Middle East studies in the News
Islamic Scholar Tariq Ramadan Accused of Rape by Three French Women; 'Slander Campaign Launched by Adversaries', Says Academic
Following a massive campaign that saw an outpouring of sexual harassment stories being reported on social media, three French women have accused Islamist scholar Tariq Ramadan of sexual assault, according to several media reports.
Ramadan teaches Islamic Studies at Oxford University and has written numerous books on Islam and the integration of Muslims in Europe. He is the grandson of Hassan al-Banna, the founder of the Muslim Brotherhood in Egypt.
The allegations first came to light on 20 October, when Henda Ayari, a former Islamist turned secular feminist accused the controversial academician of rape and assault in 2012. In an interview to a French TV channel, Ayari alleged that Ramadan had thrown himself on her when she entered his hotel room on his invitation to discuss spirituality and religious issues, The Times reported. "He choked me so hard that I thought I was going to die," the article quotes her as saying.
Ayari, who lodged a rape complaint against the 55-year-old Swiss national, charged that for Ramadan: "Either you wear a veil or you get raped".
Millions of people have taken to Facebook and other social media platforms, using the #MeToo to share accounts of being pestered or sexually abused. The French equivalent is #balancetonporc, meaning "expose your pig".
Another woman a convert to Islam alleged that she suffered "sexual violence of great brutality" by Ramadan in a hotel in Lyon in 2009, BBCreported. The woman, who has not revealed her identity, described an extremely violent assault by Ramadan to two French newspapers, Le Monde and Le Parisien. She has also filed a complaint against the Islamic scholar.
The third accusation came Saturday, when yet another woman said that Ramadan sexually harassed her in 2014 and blackmailed her for sexual favors. She said Ramadan threatened to distribute "compromising pictures" of her, a report in Haaretz states. The report further added that the third complainant is also considering pressing charges against Ramadan.
Following the allegations, the Paris prosecutor's office is investigating the case, even as Ramadan denied any wrongdoing. In a detailed Facebook post, Ramadan termed the allegations a "slander campaign" which was "launched by my adversaries."
Ramadan said he would file a defamation suit against the women and would remain determined and calm in fighting of these charges, even as he "anticipated a long and bitter struggle."
Meanwhile, Ayari, mother of three, said that she kept quiet for such a long time because Ramadan was an influential figure and had the support of millions.
"Many people are angry because I denounced someone whom people respect a lot," she told The New York Times over the telephone last week. "I, for example, never would have thought he would do that to me, never, never. I had a great admiration for him for years. For me, he was something like a saint.
"I kept silent for several years for fear of reprisal," The Telegraph quoted her as saying.
Ayari previously published an account of an alleged assault in a book published last year without naming the man, the BBC report said. She also claimed that she endured months of threats after the incident, including threats to her children to stop her from going to the police, according to The Telegraph report.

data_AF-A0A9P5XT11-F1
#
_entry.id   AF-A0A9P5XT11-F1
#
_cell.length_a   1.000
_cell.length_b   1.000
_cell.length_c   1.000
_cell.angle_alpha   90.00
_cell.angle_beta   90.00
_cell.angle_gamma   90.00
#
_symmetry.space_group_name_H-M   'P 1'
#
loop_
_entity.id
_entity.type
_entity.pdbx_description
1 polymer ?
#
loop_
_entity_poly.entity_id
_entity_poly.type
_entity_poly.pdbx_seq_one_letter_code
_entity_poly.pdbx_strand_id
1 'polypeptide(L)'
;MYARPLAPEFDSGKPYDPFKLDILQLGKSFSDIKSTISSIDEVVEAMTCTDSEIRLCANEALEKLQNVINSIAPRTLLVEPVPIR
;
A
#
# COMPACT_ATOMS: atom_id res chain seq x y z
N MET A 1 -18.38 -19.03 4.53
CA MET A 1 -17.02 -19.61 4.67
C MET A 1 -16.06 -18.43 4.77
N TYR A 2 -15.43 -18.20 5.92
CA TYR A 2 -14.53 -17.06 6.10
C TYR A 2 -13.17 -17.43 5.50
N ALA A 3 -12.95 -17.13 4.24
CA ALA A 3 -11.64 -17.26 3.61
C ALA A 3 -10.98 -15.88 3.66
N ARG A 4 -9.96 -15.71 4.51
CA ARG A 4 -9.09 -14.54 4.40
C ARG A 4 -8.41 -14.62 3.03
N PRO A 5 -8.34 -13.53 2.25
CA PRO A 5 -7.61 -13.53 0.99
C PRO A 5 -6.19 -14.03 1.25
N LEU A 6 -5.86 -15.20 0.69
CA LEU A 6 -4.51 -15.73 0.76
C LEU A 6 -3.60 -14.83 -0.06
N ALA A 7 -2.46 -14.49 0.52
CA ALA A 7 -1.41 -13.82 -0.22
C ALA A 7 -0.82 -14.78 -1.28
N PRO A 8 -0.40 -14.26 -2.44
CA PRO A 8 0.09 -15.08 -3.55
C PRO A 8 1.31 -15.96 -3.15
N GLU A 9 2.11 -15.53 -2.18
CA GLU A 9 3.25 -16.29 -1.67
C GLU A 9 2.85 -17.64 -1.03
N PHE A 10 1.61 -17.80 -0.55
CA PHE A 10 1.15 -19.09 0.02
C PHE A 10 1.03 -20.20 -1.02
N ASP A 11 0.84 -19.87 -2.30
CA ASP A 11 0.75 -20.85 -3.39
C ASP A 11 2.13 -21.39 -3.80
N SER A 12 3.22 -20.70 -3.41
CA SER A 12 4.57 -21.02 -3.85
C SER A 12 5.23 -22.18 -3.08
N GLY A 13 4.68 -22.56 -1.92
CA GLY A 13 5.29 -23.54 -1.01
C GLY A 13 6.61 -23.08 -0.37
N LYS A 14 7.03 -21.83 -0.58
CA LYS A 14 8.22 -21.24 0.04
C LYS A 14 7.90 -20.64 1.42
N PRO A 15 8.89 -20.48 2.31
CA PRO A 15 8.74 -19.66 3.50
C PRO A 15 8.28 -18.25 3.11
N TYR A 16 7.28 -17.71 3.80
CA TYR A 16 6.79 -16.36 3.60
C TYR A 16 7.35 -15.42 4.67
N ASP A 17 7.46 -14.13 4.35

She said that she was aware that Ramadan's thousands of supporters would rally to his defence.
"I am about to go through a big storm," she wrote on Facebook. "But I don't plan to shut up or backtrack anymore, in the name of all the female victims."
She also said she has been a victim of "real public lynching campaign" on social media ever since she dared name the influential scholar. Her supporters have also started a campaign to raise funds to support her legal battle, as she observed that unlike her opponent, she "does not have the same capacities or financial means to pay for the best lawyers."
"I know that this is a battle of David and Goliath and a clay pot against an iron pot... I do not have the same capacities or financial means to pay for the best lawyers, unlike my opponent, who can allow himself to pay for a hotshot lawyer to defend himself – but I already knew what awaited me and I must assume the consequences after all," her Facebook post read.
One of Ayari's lawyers, Grégoire Leclerc, alleged that Ramadan was using his numerous supporters to defend him. "He prefers to give space on social media to his fans who are throwing a political-religious veil over this affair, to try to detract from the fundamental," The New York Times report quoted the lawyer as saying.
Ramadan's lawyer, Yassine Bouzrou, has denied the accusations and says his client is suing for "false allegations."
A Swiss citizen who grew up in Geneva, Ramadan had been denied entry into US and France amid allegations that he supported charities linked to Hamas, a Palestinian Sunni-Islamic fundamentalist organisation. The US visa ban, however, was overturned in 2010 by then Secretary of State Hillary Clinton.
Ramadan is a popular figure among conservative Muslims, especially in the West and West Asia, however, secular critics accuse him of promoting a political form of Islam.Note: Articles listed under "Middle East studies in the News" provide information on current developments concerning Middle East studies on North American campuses. These reports do not necessarily reflect the views of Campus Watch and do not necessarily correspond to Campus Watch's critique.
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